During Sunday’s MediaBuzz, host Howard Kurtz and the panel discussed the biased performance of Univision activist anchor Jorge Ramos and his role co-moderating the most recent Democratic debate. After playing some clips showcasing Ramos’s left-wing bias, Kurtz asked: “How is Jorge Ramos able to sit on that ABC panel and crusade and is that kind of an embarrassment to the network?”



In a scathing takedown of anti-Semitic Congresswomen, Ilhan Omar (D-MN) and Rashida Tlaib (D-MI) during an appearance on Monday’s Special Report, The Federalist publisher Ben Domenech unloaded on the duo for their “disgusting display” at a press conference filled with lies.



Twitter seems to be unprepared to deal with answering Congress’ questions, so instead it  backed off. The platform caused an uproar on November 25 when it permanently banned conservative pundit and former enlisted Jesse Kelly without explanation.



New York Times reporter Jeremy Peters’ story on President Trump’s controversial response to the racist violence and killing in Charlottesville was posted online Tuesday: “Theories Abound Over Meaning of Trump’s ‘Many Sides’ Remark.” Peters did talk to some conservative media and was thus able to provide some useful countervailing facts about left-wing protester violence from the likes of the window-smashing, bat-wielding “anti-fascist” movement Antifa.



The 2016 presidential election began breaking toward Republican Donald Trump as Tuesday night wore on into Wednesday and over on CBS, Slate columnist Jamelle Bouie repeatedly played the race card and even shamefully compared the surprise and repudiation of the establishment to racists and segregationists defeating Civil War Reconstruction.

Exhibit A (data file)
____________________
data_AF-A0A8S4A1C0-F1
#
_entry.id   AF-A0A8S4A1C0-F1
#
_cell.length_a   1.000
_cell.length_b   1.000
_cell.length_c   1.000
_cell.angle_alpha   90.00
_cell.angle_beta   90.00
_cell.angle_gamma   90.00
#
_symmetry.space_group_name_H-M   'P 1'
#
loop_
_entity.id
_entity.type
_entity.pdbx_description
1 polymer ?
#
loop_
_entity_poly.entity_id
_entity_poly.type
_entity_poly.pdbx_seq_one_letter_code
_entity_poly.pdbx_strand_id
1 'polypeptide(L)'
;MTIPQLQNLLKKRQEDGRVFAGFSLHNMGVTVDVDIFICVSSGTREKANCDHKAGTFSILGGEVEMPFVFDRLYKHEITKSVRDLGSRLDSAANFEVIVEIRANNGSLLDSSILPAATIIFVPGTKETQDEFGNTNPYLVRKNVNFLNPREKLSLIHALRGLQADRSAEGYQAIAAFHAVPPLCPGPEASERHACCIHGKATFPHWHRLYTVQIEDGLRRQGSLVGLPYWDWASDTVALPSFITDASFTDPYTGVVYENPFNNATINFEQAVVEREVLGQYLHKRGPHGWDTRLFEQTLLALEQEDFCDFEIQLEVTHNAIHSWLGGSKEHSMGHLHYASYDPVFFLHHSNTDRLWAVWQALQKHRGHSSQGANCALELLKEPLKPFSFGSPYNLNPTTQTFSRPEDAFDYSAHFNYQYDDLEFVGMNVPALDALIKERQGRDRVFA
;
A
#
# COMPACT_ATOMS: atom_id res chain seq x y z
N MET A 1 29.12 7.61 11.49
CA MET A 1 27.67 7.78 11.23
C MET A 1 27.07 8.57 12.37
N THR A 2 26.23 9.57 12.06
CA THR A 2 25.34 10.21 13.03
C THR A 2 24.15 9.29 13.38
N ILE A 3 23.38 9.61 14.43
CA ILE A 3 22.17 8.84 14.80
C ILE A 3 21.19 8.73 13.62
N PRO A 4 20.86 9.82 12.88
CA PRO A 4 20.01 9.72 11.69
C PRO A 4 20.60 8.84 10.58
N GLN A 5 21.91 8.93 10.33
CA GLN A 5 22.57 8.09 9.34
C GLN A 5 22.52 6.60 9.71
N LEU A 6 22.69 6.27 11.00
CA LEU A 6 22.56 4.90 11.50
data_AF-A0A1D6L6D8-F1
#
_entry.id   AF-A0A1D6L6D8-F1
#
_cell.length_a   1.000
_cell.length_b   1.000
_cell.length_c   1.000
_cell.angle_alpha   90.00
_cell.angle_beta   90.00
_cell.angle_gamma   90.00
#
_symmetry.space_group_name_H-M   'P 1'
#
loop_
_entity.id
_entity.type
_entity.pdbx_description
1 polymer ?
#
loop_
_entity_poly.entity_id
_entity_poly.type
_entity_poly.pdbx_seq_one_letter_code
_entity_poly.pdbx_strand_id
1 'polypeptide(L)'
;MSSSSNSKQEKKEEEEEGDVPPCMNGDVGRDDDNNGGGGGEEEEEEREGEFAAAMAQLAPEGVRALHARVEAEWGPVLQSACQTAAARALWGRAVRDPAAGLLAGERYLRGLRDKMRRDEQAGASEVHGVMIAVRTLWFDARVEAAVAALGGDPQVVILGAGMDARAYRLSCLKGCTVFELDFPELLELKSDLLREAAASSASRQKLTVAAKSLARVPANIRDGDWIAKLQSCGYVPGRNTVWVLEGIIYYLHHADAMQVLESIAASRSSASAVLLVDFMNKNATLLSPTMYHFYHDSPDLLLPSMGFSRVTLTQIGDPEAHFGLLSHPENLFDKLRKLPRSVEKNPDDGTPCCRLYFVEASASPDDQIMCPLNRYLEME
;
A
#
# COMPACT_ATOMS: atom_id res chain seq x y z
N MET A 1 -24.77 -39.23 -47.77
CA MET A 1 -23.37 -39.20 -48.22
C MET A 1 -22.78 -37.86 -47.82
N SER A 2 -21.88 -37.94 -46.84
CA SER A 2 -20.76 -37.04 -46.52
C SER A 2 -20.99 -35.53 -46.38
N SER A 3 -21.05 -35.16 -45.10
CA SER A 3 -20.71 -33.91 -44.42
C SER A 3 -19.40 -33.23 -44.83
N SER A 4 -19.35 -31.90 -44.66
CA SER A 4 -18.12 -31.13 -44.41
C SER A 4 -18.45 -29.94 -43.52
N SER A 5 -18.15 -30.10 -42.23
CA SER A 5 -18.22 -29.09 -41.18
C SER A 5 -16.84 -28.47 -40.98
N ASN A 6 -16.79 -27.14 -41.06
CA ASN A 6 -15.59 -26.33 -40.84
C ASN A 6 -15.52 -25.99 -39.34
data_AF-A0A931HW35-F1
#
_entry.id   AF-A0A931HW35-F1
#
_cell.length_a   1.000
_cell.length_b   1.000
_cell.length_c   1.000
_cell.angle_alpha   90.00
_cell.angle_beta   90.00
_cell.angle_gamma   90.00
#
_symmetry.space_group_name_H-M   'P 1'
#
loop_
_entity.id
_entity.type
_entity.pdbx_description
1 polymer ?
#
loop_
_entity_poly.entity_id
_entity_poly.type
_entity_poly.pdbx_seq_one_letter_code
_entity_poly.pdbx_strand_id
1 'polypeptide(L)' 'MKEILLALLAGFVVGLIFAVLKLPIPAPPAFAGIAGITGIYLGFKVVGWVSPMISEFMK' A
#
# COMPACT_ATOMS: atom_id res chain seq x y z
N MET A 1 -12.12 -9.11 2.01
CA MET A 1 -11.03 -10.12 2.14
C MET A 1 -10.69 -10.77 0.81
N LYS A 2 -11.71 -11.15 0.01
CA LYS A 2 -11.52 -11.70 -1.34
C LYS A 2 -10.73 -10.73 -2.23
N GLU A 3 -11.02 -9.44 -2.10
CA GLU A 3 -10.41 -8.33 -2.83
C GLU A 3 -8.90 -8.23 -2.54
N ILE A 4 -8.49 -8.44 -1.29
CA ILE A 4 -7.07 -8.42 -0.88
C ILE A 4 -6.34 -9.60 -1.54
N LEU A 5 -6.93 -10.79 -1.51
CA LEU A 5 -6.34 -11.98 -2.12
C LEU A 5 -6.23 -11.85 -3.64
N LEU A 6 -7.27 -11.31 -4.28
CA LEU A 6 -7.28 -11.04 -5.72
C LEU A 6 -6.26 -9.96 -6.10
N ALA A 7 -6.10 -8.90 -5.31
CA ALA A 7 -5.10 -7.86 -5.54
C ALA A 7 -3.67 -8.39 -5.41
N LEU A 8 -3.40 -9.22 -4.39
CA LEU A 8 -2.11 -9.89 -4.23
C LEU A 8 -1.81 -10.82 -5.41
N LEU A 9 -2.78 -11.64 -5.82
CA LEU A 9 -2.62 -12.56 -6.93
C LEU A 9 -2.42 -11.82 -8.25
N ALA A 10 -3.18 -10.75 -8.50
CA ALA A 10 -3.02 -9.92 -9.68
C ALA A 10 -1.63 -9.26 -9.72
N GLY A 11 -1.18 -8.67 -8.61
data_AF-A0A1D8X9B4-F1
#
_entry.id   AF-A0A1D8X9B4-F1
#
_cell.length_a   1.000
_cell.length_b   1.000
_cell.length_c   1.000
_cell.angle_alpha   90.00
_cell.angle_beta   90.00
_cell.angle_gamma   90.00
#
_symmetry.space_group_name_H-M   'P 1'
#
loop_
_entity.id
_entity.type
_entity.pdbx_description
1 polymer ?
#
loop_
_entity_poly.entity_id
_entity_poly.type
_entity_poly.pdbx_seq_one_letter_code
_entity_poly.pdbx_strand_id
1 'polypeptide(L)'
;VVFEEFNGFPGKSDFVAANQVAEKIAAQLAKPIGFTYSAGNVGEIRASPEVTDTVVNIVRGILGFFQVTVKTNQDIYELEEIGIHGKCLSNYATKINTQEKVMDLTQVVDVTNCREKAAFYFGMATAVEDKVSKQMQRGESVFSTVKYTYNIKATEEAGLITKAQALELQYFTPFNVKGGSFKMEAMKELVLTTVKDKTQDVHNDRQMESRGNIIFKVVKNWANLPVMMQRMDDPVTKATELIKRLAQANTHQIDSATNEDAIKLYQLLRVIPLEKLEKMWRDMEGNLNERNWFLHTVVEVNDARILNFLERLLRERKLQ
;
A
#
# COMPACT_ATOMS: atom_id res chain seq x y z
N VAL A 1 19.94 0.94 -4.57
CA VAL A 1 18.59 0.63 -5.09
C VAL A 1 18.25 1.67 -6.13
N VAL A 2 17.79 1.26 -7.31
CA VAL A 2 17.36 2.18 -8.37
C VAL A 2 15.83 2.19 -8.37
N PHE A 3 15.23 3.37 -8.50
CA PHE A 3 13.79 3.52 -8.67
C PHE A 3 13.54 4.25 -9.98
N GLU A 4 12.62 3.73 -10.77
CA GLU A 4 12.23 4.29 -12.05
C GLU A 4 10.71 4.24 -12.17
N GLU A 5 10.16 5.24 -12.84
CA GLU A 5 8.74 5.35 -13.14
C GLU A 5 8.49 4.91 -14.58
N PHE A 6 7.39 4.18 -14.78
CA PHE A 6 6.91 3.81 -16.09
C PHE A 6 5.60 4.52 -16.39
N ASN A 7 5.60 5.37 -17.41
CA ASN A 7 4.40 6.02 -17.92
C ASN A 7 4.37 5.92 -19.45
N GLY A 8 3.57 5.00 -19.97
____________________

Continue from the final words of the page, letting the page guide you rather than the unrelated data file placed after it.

Three of the four Sunday network morning news shows commented on Saturday’s New York Times front-page editorial calling for massive gun control, but it was The Federalist’s Ben Domenech and The Washington Post’s George Will that provided the most succinct takedowns of the liberal paper and the disconnect it exhibited in opinion between the liberal media and President Obama versus the American people.



On Sunday’s Face the Nation, National Journal reporter Ron Fournier accused Republican presidential candidate Ben Carson of “putting a target on government officials” after the retired neurosurgeon stressed the need for Americans to have the right to protect themselves from an oppressive government. 



Here's the thing about the vast right-wing conspiracy: it doesn't really exist. The left's latest attempt to invoke the notion has ended in rebuttals from commentators on both sides of the political spectrum.

Conservative blogger Ben Domenech noted the White House's apparent desire to appoint a homosexual to the Supreme Court. He noted in a post at the New Ledger that at least three nominees -- Pam Karlan, Kathleen Sullivan, and Elana Kagan -- are gay. The White House vehemently denied the latter. The left was not happy.

Huffington Post contributor Sam Stein quoted a spokesman for Human Rights Campaign, who alleged a "shameless … whisper campaign" started by the "far right," echoing other groups' statments to the same effect.

But there is no evidence of any such campaign. Indeed, the extent of the evidence offered by Human Rights Campaign and other left-wing groups seems to be that propagating rumors regarding sexual orientation is "straight out of the right-wing playbook."